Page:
Foreign Policy: Torture Isn't Conservative It's somewhat outrageous for real conservatives not to be outraged by all this. Conservatism has never been, and should not become now, the pro-torture movement.
NPR logo Foreign Policy: Torture Isn't Conservative

Foreign Policy: Torture Isn't Conservative

Barry Goldwater bobble head Susan Walsh/AP hide caption

toggle caption
Susan Walsh/AP

I'm having trouble figuring out why staunch conservatives aren't as outraged by the torture memos and practices as the American public. Maybe it's because they've become so estranged from the public. Republican leaders have stumbled around, since the closing of the Bush era, much like a duck whacked on the head, as Abraham Lincoln once quipped about one of his generals who was chasing Lee's forces. Or maybe it's because of high, and justified, concerns over national security. Or considerable, again justified, preference for presidential leadership over that of the Congress (especially one with the twin faces of Nancy Pelosi and Harry Reid).

But still... It's somewhat outrageous for real conservatives not to be outraged by all this. Conservatism has never been, and should not become now, the pro-torture movement.

My conservatism was established by the philosophy of Barry Goldwater, and molded by the outlook of neo-conservatism. [Truth in commenting: I am not strictly a "neo-con," since I was never in fact a liberal. Neo-conservatism must be the only movement to stigmatize someone for not having been wrong for many years. But that's a discussion for another day.]

The conservatism of Goldwater, like all American conservatism, stressed limited government — not only in programs and budgets, but also in the power and reach of the state. Hence it leads to firm stands on civil liberties, perhaps even stronger than among the liberal left (though there continues to be lots of overlap). The staunch conservative Bill Safire, for instance, was just as staunch a civil libertarian. We didn't want government strong enough to control, or even poke around, in our personal lives — let alone having enough power to torture citizens.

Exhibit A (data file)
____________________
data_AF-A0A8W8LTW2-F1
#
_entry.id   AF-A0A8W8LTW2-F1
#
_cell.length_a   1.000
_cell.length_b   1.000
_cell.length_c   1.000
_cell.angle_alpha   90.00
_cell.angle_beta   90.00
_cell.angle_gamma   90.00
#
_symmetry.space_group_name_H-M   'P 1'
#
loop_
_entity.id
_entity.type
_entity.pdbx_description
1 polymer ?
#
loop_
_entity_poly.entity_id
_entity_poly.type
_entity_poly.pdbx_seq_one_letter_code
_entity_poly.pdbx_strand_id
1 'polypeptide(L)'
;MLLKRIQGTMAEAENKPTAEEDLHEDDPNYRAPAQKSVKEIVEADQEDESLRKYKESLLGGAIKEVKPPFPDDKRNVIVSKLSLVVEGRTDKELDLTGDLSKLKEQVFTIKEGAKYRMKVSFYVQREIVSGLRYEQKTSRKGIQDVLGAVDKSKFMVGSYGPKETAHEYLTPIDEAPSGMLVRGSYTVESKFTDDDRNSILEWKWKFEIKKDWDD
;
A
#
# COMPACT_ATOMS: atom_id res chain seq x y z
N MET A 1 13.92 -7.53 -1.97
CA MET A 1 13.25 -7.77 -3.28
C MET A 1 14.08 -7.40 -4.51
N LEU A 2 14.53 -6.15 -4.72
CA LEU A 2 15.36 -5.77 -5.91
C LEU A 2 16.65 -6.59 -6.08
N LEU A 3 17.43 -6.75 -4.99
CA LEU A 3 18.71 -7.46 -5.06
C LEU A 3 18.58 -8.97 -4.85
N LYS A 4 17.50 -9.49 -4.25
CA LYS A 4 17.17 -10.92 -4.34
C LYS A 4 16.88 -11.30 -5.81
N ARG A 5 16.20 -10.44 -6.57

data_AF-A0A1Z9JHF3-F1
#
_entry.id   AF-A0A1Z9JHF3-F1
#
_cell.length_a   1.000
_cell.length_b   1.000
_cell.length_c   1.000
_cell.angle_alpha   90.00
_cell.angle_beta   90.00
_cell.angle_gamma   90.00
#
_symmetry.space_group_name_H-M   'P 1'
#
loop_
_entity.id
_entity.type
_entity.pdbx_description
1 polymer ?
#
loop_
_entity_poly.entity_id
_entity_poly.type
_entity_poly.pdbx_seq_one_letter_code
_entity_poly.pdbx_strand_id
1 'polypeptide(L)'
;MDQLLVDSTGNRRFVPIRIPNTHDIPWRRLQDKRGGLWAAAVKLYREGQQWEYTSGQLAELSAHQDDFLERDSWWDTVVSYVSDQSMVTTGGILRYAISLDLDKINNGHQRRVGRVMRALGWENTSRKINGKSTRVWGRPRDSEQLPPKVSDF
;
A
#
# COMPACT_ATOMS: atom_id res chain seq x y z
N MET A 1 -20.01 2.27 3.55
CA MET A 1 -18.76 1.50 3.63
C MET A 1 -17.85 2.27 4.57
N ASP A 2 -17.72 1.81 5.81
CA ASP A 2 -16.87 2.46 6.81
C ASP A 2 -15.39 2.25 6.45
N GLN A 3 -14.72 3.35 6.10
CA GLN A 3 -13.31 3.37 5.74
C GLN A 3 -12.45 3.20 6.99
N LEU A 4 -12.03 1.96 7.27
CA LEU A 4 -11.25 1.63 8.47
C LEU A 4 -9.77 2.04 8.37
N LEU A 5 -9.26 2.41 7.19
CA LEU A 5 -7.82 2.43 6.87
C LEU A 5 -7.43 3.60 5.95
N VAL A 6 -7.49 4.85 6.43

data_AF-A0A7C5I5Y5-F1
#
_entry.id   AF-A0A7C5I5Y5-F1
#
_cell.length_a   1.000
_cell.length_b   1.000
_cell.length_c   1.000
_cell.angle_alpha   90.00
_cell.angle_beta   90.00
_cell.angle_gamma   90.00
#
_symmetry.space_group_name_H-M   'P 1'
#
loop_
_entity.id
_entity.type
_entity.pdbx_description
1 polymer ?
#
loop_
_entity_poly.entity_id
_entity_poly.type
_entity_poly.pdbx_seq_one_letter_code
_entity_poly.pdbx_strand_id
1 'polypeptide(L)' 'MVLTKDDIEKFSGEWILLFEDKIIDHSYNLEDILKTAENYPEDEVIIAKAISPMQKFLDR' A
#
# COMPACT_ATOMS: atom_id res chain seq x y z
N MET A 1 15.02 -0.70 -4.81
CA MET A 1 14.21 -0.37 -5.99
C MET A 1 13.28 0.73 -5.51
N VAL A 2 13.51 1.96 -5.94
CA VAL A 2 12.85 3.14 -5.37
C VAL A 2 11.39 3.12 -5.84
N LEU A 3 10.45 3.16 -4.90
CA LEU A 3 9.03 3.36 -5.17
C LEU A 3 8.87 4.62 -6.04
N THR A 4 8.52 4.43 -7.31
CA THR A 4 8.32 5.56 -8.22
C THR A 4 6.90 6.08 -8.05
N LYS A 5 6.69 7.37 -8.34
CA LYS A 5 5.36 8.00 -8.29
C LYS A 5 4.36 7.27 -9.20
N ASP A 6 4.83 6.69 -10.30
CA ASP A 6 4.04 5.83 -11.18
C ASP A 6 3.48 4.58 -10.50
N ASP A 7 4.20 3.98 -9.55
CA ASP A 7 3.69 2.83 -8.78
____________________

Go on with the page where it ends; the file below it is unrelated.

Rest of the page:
So the conservative jaw should drop when Philip Zelikow — who knows both the law and the anti-terrorism field — concludes that these Justice Department memos legally empower the government to subject American citizens to the same "enhanced interrogation techniques" as practiced on the terrorists. That's such a gross violation of Goldwater-conservative principles as to make any of us still-believers wince, rather than ponder, explain, or (worst of all) justify.

Second to me are the neo-con principles. Yes, I know — I got the memo. I realize that the term "neo-con" has become exclusively a derogatory term, which even Richard Perle disputes had any real content to it. But I differ from my friend Richard here. Neo-conservatism meant — to me, at least — that there is and should be a moral element at the center of foreign policy.

Maybe the post-Holocaust phase "never again" hit Jews like me most powerfully, causing outsiders to contend that neo-conservatism was basically a Jewish movement. But "never again" shouldn't hit Jews any harder than others with a conscience. My mentor, the late Jeane Kirkpatrick, sure felt as strongly, and reinforced my views for decades. Reading those Justice Department memos, and the practices they allowed, ignores — indeed, violates — the notion that much morality was operating in our foreign policy.

Torture is not only immoral; it's not conservative. And conservatives shouldn't be defending it.